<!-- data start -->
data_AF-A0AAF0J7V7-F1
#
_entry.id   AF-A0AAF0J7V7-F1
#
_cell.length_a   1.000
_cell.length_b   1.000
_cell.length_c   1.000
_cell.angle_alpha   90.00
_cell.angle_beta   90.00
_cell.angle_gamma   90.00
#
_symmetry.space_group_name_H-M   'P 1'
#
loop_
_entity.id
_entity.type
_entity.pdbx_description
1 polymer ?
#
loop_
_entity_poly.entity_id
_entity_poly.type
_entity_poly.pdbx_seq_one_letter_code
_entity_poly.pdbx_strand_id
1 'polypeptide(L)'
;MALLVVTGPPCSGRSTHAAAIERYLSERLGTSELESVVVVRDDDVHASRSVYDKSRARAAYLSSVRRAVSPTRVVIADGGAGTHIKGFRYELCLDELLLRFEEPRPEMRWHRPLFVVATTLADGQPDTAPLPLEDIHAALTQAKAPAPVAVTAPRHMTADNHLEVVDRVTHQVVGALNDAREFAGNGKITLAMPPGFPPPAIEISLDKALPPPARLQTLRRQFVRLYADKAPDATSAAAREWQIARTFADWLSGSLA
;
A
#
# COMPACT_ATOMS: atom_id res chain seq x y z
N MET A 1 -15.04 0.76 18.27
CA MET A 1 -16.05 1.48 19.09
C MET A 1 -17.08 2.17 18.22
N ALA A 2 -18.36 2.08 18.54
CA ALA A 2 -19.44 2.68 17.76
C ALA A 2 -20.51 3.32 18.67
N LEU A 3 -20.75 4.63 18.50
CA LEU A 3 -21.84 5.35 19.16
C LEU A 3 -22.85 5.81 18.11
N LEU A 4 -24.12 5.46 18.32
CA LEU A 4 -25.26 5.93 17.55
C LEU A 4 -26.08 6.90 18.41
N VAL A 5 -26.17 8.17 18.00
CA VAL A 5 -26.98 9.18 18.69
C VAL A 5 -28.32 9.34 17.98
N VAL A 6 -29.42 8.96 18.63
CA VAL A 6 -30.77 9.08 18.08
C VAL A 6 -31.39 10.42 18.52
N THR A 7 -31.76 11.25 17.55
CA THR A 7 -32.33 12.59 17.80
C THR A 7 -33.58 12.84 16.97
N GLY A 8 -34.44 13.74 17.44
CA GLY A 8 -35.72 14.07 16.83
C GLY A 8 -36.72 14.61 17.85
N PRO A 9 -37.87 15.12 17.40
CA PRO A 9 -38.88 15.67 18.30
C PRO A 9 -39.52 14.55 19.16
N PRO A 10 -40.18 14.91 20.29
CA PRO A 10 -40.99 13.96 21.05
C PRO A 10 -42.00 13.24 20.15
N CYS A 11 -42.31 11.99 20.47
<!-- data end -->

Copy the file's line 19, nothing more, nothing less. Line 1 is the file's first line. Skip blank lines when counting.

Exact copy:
#